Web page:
Sustainable Development Fair Share of Environmental Space

In 1962, Silent Spring raised increasing concern among the public, academia, and politicians about environmental degradation and has helped to pave the way for the United Nation Conference on the Human and Environment in Stockholm in 1972.

In 1972, the Club of Rome published Limits to Growth. This report describes the consequences of economic and

Table 5 World production of selected minerals, 2003


Iron ore

Pig iron



Manganese ore


Copper Refinery








Nonmetals Salt

Phosphate rock Lime

Sand, gravel, industrial silica







Production (thousand tons)

1 160000



27 700

23 200

15 500

15 200








210000 137 000 120000 110000 102000 61 800 41 000 11 900 10 800 6520

Asbestos 2160

Diatomite 1950

demographic development on natural resources. The study predicted that if the pattern of population growth, industrialization, food production, and resource depletion remained unchanged, investment in the economies could not keep pace with the depreciation rate and the economies would breakdown. As a consequence, food production and medical care would also fall. The outcome could be described as an ecological and economical collapse.

To investigate the geopolitical impacts of these trends, the UN established in 1983 the World Commission on Environment and Development (WCED). One of the groundbreaking documents of this commission is Our Common Future (1987). Next to different analyses of the environmental-economics relationship at a global scale, the report called for changing the course of the world development toward 'sustainable development'.

Sustainable development entails economic, social, and environmental components, each of which must be 'sustainable' before the whole system can achieve sustain-ability. The notion of 'sustainable development' offers a direction for development which will fulfill the human needs for a better life and at the same time protect the Earth's resources and its life-supporting systems.

Sustainable development also entails different aspects. Spatially, sustainable development is a global issue. Although it is encouraged to act locally, individual isolated sustainability will not automatically result in the sustainability of the world. Temporally, sustainable development extends over generations. Considerations for economical, social, and environmental wellbeing are not only limited to the present generation but also include future generations. There is no final definition of the temporal extent of sustainable development. Therefore, it calls for precaution in all human activities to ensure that the well-being of the present generations is not achieved by compromising future generations' well-being.

Although the sustainable development concept seems to be promising, there are still many questions that the world must answer, such as how to achieve sustainable development, and how to measure and monitor its progress.

Several methods for indicators to measure sustainable development were proposed. Each of them has its own merits. The concept of environmental space offers a tool to quantify targets for sustainable development strategies. The general principle is to live within one's environmental space. This principle can be applied at individual level as well as at regional or national level.

The concept ofenvironmental space is also a supplement to the sustainable development concept when it comes to spatial scales. By definition, sustainable development occurs at different scales, from local to regional and international. However, the interaction between these scales was poorly understood. One cannot say how much sustainability at a local scale could contribute to the sustainability at a regional scale and vice versa. As environmental space can be calculated at different levels, individual, country, regional, or global, it could help in elevating the dilemma of sustainable development on the integration of spatial scales.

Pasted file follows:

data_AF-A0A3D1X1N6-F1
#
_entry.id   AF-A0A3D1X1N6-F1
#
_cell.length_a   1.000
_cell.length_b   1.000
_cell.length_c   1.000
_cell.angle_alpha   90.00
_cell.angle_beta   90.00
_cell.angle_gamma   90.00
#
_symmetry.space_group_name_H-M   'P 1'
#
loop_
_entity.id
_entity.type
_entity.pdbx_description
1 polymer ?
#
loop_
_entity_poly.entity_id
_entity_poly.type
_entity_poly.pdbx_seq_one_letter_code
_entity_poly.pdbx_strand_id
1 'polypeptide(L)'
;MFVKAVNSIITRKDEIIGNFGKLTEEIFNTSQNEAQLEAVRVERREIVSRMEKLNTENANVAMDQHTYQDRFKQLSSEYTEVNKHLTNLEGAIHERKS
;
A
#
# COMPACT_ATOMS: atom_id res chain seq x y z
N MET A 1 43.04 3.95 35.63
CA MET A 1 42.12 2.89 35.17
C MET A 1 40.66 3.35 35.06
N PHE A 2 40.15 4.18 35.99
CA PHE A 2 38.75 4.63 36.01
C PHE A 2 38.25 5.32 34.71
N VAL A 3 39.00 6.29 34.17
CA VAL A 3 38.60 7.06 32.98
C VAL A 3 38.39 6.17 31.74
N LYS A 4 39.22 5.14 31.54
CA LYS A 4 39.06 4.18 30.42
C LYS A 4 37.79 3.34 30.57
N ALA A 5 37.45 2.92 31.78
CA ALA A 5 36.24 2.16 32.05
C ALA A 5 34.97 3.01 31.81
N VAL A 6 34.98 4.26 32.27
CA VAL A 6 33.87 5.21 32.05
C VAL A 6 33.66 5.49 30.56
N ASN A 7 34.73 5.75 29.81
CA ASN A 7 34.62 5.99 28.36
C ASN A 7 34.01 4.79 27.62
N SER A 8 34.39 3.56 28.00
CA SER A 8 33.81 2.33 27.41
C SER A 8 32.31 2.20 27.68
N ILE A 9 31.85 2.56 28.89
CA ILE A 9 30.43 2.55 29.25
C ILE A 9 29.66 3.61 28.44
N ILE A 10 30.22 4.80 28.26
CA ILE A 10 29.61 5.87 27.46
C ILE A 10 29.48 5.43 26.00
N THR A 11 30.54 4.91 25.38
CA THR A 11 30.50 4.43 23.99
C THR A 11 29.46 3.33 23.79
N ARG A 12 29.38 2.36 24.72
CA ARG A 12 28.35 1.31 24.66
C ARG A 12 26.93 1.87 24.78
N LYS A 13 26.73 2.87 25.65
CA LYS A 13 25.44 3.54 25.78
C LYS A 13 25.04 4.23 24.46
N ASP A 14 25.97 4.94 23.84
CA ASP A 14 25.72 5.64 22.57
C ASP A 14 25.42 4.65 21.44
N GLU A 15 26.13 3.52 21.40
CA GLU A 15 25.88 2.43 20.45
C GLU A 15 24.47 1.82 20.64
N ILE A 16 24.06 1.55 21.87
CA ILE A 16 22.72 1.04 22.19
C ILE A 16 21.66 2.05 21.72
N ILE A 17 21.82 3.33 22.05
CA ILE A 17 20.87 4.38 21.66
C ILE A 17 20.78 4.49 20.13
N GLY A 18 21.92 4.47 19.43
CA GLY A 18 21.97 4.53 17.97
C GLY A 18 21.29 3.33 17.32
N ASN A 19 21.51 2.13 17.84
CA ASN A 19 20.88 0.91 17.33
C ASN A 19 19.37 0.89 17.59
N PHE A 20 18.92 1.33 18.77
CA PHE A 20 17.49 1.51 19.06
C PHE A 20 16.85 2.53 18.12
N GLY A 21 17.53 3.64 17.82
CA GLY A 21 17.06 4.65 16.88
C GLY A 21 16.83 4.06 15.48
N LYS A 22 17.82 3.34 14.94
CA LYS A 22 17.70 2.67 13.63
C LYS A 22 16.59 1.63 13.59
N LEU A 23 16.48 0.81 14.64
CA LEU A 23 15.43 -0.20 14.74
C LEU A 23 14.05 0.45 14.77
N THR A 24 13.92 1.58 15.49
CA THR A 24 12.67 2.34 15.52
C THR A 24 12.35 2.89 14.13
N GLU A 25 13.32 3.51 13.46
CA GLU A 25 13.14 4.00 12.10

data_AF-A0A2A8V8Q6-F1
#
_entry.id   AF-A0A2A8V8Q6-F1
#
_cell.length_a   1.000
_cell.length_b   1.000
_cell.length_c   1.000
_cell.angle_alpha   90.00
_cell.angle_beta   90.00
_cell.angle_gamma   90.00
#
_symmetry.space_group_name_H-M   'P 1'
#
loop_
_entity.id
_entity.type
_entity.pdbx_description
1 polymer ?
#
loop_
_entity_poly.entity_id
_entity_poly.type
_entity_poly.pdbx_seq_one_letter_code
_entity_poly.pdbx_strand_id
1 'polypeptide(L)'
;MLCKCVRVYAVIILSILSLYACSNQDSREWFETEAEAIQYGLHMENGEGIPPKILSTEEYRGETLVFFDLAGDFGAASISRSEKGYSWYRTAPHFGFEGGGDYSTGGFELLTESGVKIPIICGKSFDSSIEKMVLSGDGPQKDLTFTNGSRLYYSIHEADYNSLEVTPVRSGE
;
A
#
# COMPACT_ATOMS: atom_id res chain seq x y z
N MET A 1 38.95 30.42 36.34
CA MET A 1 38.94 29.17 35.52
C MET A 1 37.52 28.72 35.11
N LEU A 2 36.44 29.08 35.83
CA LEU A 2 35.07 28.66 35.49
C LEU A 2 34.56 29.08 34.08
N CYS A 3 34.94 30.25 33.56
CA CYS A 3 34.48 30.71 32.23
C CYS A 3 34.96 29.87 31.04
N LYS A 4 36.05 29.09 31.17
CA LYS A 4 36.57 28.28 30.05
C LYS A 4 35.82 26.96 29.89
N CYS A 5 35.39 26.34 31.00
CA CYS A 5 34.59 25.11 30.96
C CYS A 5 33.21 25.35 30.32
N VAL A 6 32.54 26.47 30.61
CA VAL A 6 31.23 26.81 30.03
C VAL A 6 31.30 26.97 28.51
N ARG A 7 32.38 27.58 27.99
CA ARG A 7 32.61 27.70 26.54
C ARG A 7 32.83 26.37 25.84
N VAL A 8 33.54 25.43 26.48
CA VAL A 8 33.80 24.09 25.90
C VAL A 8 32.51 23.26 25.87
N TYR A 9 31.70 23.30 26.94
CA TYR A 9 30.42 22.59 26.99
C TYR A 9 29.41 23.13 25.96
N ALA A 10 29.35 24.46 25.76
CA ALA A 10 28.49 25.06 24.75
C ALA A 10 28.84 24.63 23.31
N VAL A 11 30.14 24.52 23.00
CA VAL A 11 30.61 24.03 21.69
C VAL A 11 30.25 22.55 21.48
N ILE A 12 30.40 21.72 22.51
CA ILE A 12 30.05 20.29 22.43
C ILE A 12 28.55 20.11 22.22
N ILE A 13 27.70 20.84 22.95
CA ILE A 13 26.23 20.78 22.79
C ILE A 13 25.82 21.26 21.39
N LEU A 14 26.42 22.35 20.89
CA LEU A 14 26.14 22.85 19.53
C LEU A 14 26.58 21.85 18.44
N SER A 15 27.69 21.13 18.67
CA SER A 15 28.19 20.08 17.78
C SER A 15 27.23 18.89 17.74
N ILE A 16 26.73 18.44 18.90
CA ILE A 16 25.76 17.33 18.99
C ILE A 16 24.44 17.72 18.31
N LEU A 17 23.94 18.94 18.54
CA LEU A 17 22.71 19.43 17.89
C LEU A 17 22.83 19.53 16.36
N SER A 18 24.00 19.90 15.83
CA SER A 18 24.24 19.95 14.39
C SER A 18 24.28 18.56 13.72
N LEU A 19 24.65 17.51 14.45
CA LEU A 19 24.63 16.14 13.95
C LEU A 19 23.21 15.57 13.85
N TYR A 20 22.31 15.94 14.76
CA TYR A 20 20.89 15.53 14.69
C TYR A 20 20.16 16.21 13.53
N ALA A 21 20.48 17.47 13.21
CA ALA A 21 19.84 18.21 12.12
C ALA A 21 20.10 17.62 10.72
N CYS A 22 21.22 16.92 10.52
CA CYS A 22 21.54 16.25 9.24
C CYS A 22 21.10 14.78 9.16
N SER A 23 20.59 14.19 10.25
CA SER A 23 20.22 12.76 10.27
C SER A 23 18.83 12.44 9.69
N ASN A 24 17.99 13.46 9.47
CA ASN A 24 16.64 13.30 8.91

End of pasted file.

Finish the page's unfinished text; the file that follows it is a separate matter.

Sustainable development can be achieved by giving people and generations a fair share of the environmental space. As 'environmental space' can be quantified for some core resources, it can be used to build concrete targets and indicators to assess sustainable development, along with other methods such as 'ecological footprint' and 'carrying capacity'.

Currently, as discussed earlier, industrialized countries use larger environmental spaces than developing countries and also larger spaces than what is sustainable. The consumption ofnatural resources should be reduced and used more effectively. Emphasis should be on the equitable distribution of well-being and opportunities should be made available for the poor and the underprivileged. Improvement in education and healthcare will bring those people with more chances to use their environmental space in a more efficient and ecofriendly manner.

By reviewing the environmental space, each nation can re-assess its progress in using natural resources toward sustainable development, based on which adaptation could be made to associated policies and programs.

However, environmental space focuses only on environmental resources. Although it contains elements of social equity (equal distribution inter- and intragenerations) and economic development (through the notion of ensuring basic living standard), it does not quantify social and economic indicators for sustainable development. These aspects need to be complemented by other methods.

See also: Biodiversity; Carrying Capacity; Ecological Footprint; Ecosystem Ecology; Ecosystem Services; Limits to Growth; Sustainable Development.

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